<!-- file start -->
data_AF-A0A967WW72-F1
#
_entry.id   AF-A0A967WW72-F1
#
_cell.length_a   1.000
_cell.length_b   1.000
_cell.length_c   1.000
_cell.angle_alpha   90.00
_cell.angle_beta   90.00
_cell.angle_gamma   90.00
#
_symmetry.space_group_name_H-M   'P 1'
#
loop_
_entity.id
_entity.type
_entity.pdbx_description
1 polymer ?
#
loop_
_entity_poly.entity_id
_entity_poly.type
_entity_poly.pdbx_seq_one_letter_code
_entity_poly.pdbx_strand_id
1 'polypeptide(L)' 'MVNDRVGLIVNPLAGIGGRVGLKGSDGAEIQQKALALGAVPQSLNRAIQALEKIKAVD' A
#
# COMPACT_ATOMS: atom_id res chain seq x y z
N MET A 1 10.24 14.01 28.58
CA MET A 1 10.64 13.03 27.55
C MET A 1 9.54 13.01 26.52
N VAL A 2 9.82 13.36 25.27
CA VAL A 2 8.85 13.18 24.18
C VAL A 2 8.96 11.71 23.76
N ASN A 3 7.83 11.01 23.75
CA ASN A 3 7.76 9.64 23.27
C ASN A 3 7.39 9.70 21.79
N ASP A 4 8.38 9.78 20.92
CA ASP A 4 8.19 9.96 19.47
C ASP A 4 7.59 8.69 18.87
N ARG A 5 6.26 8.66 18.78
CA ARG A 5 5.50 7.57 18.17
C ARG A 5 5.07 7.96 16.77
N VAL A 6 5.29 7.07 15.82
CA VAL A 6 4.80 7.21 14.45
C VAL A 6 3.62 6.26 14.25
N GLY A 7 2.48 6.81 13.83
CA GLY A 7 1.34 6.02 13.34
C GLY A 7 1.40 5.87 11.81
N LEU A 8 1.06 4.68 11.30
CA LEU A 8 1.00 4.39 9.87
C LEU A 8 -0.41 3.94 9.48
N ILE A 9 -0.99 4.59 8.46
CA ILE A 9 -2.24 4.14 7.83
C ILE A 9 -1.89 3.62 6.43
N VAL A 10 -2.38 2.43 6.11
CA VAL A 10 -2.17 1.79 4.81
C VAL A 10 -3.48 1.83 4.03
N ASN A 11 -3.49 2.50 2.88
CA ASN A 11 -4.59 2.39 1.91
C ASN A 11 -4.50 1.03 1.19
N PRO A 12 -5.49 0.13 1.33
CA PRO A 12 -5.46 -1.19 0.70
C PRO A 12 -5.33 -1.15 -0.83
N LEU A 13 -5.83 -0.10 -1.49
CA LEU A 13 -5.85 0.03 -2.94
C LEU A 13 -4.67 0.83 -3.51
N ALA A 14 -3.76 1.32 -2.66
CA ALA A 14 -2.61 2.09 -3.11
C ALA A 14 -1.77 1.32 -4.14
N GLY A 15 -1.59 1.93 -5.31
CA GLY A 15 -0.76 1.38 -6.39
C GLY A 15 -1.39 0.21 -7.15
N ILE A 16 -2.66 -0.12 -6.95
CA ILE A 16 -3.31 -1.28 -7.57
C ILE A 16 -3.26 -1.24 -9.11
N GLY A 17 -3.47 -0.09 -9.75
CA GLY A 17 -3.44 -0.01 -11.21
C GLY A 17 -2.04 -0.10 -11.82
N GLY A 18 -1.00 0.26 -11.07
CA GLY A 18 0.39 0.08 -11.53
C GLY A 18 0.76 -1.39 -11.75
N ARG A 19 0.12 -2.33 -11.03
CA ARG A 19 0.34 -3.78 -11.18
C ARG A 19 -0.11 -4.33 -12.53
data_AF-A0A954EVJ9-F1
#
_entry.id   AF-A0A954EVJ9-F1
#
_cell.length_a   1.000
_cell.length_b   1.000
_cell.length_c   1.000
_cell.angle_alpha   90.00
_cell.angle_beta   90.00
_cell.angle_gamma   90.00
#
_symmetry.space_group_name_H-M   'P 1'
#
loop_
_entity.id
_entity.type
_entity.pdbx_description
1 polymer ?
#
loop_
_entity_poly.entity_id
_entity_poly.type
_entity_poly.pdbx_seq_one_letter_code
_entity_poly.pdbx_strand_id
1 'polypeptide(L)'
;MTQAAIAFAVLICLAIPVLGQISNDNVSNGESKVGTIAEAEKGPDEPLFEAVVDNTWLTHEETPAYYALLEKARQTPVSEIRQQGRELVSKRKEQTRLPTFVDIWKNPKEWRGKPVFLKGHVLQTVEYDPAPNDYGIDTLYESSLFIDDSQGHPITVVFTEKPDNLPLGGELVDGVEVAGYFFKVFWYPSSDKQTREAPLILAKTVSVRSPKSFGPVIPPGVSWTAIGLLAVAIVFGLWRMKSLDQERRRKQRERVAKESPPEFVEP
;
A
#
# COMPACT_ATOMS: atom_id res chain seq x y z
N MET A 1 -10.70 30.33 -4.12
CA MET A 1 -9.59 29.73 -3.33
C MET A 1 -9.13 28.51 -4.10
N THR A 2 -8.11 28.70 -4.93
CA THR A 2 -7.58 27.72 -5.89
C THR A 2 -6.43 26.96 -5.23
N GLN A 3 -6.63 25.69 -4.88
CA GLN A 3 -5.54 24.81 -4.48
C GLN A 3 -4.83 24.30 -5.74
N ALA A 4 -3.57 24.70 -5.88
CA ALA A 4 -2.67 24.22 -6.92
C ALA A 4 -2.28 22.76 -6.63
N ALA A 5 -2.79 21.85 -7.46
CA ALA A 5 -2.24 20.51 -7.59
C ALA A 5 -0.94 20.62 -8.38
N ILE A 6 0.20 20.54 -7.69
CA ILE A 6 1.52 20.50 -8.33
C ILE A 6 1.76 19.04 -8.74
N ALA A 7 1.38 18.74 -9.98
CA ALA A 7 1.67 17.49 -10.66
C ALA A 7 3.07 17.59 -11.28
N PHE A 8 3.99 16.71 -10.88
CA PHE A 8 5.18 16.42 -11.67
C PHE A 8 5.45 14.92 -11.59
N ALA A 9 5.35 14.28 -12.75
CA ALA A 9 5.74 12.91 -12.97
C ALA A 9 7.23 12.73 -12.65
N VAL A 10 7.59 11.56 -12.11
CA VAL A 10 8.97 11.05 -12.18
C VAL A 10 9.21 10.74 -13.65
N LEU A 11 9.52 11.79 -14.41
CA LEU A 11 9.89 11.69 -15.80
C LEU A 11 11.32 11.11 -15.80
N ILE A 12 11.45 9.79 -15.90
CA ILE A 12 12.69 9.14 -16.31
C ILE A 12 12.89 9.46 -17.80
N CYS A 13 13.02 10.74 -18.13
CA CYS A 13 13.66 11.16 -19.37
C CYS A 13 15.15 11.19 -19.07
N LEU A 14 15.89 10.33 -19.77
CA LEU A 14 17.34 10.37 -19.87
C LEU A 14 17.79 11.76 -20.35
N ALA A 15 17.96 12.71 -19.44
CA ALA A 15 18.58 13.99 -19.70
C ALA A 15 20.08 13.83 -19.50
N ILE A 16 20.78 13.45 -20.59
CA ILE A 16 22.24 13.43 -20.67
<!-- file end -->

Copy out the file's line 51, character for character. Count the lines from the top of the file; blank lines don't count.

C LEU A 8 -0.41 3.94 9.48